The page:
As someone who spends all of her time in the conservatory, getting outside in the garden is a welcome break.  I came to SLUG for the first time fall of my freshman year and discovered a love of beekeeping and getting dirty, as well as a great community of people.

Hava Blair
Major: Geology
I am thrilled to be spending a second summer in the garden working with such an amazing group of people. I have been interested in sustainable agriculture since my freshman year, and working in the garden has given me the experience and knowledge to move forward with local food projects and outreach around the Fox Cities area.  I love working in the garden because it provides a never-ending supply of sensory and intellectual experiences and interesting challenges.

Myles Wagner
Major: Environmental Studies, German

Myles comes from a southern suburb of Chicago, but has a love of forests, trees, and wild places. However, SLUG encouraged his interest in a broader spectrum of the environment and agriculture. Now he pursues a major in Environmental studies, along side his German major, and is dedicated to the people and plants of SLUG.

Adam Kranz
Major: Environmental Studies
Minors: Geology, Percussion
I am interested in the garden as a way for communities to get to know each other.  Gardening is an emotional and intellectual engagement with the living land, and it allows us to feed our families delicious food in an ethical and sustainable way.  I am particularly interested in bees, fungi, and the insane rush of life that is a compost pile.

Ashley Heun
Major: English
Minor: Theater

Growing up gardening was a dreaded chore amongst my siblings and I, well at least the seeding and weeding was however I was always willing to lend a hand during the harvest especially when we were at my grandparents’ house. Now that I am up at school spending time in the garden is my escape from the stress of school and the rest of the world, it reminds me of my childhood and the good times I had in my grandmother’s garden.

Hannah Plummer
Major: Environmental Studies
Minors: Music, Government

I became involved with Slug my freshman year; being a part of this nourishing community has been one of the most meaningful experiences of my time at Lawrence.  I learn something new in the garden every day (hairy vetch fixes nitrogen! Borage flowers taste like cucumber!), and always love visiting with the bees and weeding through the beds.

Ronan Christman
Major: Biology
Minor: Environmental Studies 
If you had asked me three years ago if you would find me in a garden, ankle deep in compost, I might have laughed out loud.  Luckily, my incredible freshman year roommate knew better. Though I always loved good food and the preparation of it, I was not involved in the production of it until I was introduced to SLUG.  It was impossible not to fall in love with the people, the space, and the food that comes from the garden.  Three years later, here I am.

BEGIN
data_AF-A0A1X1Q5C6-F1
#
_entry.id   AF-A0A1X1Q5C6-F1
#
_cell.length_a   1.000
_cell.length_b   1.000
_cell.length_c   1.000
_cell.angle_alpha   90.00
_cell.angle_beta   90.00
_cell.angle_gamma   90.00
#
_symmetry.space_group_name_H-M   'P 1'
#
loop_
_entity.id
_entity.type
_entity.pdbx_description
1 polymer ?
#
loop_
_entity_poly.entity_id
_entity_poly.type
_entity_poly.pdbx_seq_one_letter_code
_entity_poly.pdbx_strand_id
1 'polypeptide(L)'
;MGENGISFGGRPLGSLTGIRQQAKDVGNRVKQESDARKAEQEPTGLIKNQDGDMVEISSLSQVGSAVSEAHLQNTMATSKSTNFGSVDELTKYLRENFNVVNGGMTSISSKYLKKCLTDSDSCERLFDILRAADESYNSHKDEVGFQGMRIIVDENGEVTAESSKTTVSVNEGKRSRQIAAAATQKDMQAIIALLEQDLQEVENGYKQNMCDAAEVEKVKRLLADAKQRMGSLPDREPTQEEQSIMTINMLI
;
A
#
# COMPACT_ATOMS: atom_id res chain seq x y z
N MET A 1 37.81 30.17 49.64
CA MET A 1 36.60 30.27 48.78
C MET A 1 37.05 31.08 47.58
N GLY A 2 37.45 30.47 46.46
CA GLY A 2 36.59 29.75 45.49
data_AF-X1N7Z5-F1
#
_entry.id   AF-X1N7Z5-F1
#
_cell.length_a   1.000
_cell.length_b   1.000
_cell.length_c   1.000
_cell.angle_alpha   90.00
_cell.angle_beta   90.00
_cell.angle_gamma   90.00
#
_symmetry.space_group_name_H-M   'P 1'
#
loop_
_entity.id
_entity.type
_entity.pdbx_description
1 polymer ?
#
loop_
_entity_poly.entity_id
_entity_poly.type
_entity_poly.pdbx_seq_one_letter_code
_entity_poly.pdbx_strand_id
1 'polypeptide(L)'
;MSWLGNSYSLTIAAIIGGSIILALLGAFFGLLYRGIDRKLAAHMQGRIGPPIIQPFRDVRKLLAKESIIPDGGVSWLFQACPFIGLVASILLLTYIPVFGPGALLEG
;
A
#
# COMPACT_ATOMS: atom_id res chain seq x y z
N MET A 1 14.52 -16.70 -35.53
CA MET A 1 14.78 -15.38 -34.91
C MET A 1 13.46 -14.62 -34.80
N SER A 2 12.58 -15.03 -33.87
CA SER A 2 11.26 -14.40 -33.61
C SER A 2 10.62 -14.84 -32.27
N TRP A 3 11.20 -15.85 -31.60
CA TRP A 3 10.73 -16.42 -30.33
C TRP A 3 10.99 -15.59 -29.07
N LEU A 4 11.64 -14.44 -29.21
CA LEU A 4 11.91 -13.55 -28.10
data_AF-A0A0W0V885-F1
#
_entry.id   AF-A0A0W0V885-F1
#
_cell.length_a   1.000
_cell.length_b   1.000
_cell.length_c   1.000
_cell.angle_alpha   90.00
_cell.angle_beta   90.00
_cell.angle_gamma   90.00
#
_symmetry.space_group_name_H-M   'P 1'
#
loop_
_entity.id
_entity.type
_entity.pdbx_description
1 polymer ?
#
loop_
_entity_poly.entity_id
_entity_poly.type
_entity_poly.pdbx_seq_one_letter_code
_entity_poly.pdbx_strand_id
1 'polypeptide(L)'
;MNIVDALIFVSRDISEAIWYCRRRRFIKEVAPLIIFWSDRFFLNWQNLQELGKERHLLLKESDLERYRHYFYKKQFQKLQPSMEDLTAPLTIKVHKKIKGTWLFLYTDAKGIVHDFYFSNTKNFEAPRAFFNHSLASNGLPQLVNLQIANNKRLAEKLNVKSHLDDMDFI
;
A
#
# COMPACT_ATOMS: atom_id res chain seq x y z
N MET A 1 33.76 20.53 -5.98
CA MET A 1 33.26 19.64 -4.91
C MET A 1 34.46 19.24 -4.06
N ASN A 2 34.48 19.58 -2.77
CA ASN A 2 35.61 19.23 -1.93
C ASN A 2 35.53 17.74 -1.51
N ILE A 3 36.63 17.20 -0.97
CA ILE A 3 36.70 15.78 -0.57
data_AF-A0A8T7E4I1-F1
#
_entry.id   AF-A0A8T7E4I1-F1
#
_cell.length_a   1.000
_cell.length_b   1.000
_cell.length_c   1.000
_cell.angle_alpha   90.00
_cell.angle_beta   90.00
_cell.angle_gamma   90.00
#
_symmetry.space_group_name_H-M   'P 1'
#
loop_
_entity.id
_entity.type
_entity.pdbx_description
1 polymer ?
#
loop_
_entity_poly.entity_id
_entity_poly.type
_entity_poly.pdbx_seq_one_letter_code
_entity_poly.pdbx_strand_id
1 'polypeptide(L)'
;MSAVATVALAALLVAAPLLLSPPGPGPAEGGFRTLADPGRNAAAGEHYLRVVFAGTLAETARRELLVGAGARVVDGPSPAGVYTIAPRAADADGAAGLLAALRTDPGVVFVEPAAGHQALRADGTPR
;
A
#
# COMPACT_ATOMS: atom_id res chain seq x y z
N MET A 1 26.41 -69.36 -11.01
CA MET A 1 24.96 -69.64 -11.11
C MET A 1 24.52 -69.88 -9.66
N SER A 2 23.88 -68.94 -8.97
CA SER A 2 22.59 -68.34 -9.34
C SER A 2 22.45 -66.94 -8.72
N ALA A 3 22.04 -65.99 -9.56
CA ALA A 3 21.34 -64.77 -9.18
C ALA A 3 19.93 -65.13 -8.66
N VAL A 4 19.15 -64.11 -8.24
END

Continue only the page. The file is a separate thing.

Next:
Brenna Decker
Major: Biology
This summer I am the beekeeping intern. I have an interest in studying entomology in the future, and I am very exited that Lawrence now has hives on campus!
I have worked in the garden since my freshman year working mostly with the compost. Every Friday I would take a break from studying or practicing to take the pre-meal food scraps down to the garden. Since then I have been interested in vermicomposting, and have helped initiate the construction of a system inside our hope house. This summer has been a great opportunity for me to expand my knowledge of the inner workings of the garden as a whole. Now I have experienced the garden, the apiary, and a little part of the orchard.

Polly Dalton
Major: Environmental Studies, Government

Polly’s curiosity for growing led her to SLUG
The people and atmosphere felt like a warm hug
The weeds, compost, and bees
have her in dirt to her knees
but into her heart and soul the community has dug.

Better late than never

It is hard to believe we are already half way through the summer down in the garden.  We are continuing to prep and plant beds for the first time this season.  Each day we work not only to maintain the beds we have established, but continue to draw back the blanket of weeds and seed something new.

One of the most surprising things I have learned about the SLUG garden planning is process is our ability to plant so late.  Growing up I had always assumed things were planted in the spring, greened and grew in the summer, and were harvested in the summer. To make our produce more available to the Lawrence community we push our crop’s harvest as late as possible.  We have the opportunity to plant more and plant earlier, but let’s face it, even the nine of us can only handle so much kale, beans, toms, and basil at one time.

Image

Reflecting on this revelation in our garden planning process, it seems just another example of how the best time to start things — is now.  It’s never too late to get going.

As a transfer student this year, one of my worries coming into Lawrence University was that I would join the vibrant atmosphere of college too late.  Sure, my first year was swell at my previous school.  Trying to find a place in this new scene could be difficult, especially when friendships and social groups have already been established. I decided to dive in to my first year here in Appleton — and the experiences and friendships I have made are refreshing and energizing to say the least.

There’s no better time than now.  Perhaps, something has been put off until now because the right time to start is now. When you feel that itch to begin or you sense the momentum pushing you to move, the time to seed and lay roots, the time to begin, is now.

-Polly